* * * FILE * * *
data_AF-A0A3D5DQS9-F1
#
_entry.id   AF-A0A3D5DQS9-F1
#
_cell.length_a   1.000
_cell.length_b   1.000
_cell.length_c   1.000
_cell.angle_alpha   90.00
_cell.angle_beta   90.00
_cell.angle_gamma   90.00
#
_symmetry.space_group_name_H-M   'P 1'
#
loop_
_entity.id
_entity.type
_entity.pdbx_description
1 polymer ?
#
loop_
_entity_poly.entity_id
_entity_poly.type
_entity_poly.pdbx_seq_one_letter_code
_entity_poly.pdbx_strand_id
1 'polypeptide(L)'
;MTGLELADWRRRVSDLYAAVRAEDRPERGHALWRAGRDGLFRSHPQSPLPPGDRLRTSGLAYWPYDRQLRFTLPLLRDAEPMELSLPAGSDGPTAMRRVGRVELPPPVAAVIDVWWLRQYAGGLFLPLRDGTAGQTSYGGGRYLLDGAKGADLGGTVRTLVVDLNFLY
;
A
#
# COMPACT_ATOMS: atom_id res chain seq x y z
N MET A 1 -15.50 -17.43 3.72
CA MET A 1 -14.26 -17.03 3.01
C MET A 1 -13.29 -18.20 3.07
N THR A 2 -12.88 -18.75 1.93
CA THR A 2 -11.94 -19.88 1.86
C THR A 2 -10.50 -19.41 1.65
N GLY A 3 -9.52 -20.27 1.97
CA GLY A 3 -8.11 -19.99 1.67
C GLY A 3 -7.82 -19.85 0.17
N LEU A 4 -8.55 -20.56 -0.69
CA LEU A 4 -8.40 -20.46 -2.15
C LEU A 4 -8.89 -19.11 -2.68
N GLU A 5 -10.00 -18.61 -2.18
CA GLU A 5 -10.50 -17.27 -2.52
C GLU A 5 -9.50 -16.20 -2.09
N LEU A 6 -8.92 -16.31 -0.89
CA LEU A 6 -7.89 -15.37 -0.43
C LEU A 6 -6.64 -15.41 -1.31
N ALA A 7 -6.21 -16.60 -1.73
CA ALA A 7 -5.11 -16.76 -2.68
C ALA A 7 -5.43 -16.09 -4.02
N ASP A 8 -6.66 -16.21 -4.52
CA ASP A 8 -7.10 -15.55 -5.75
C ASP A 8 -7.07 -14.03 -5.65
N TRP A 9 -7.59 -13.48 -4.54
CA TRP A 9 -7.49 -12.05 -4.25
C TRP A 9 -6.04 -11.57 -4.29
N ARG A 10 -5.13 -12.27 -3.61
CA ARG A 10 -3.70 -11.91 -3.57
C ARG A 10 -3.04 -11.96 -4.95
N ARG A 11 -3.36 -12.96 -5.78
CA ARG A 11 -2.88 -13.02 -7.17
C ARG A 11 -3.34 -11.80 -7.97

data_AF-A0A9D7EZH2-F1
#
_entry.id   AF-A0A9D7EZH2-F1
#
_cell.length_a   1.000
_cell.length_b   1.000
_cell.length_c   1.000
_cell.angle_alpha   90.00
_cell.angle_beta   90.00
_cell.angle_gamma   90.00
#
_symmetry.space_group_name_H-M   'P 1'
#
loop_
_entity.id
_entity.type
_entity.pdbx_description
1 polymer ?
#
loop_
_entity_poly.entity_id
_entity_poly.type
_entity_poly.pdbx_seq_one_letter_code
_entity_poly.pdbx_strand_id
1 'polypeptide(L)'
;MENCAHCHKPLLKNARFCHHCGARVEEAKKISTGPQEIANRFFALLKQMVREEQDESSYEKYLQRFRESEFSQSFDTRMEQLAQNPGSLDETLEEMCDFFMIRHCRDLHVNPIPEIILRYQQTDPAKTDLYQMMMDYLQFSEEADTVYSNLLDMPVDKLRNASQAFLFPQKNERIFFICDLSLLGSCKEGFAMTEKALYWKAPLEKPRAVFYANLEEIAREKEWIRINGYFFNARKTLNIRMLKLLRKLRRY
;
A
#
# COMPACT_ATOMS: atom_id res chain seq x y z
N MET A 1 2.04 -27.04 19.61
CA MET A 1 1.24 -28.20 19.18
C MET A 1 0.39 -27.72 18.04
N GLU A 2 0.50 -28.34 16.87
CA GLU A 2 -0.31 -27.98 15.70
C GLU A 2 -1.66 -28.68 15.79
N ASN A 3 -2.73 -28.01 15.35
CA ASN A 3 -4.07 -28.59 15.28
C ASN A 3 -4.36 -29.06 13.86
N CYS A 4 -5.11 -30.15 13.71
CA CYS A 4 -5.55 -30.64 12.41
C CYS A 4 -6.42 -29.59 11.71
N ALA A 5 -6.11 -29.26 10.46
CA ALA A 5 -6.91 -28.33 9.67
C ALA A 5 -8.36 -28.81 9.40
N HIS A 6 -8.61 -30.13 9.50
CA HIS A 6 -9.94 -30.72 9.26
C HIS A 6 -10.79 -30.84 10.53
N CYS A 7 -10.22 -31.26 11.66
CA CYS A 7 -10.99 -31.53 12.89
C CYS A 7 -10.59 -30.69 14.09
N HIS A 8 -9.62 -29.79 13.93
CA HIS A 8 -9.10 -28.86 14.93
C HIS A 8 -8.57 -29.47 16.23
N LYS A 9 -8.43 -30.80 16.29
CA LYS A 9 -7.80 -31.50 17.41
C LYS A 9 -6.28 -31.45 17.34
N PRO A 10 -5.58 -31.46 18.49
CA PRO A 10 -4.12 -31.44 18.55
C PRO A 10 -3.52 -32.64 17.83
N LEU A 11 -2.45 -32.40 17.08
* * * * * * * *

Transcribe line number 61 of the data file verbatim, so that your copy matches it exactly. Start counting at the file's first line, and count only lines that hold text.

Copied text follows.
N ARG A 11 -3.36 -12.96 -5.78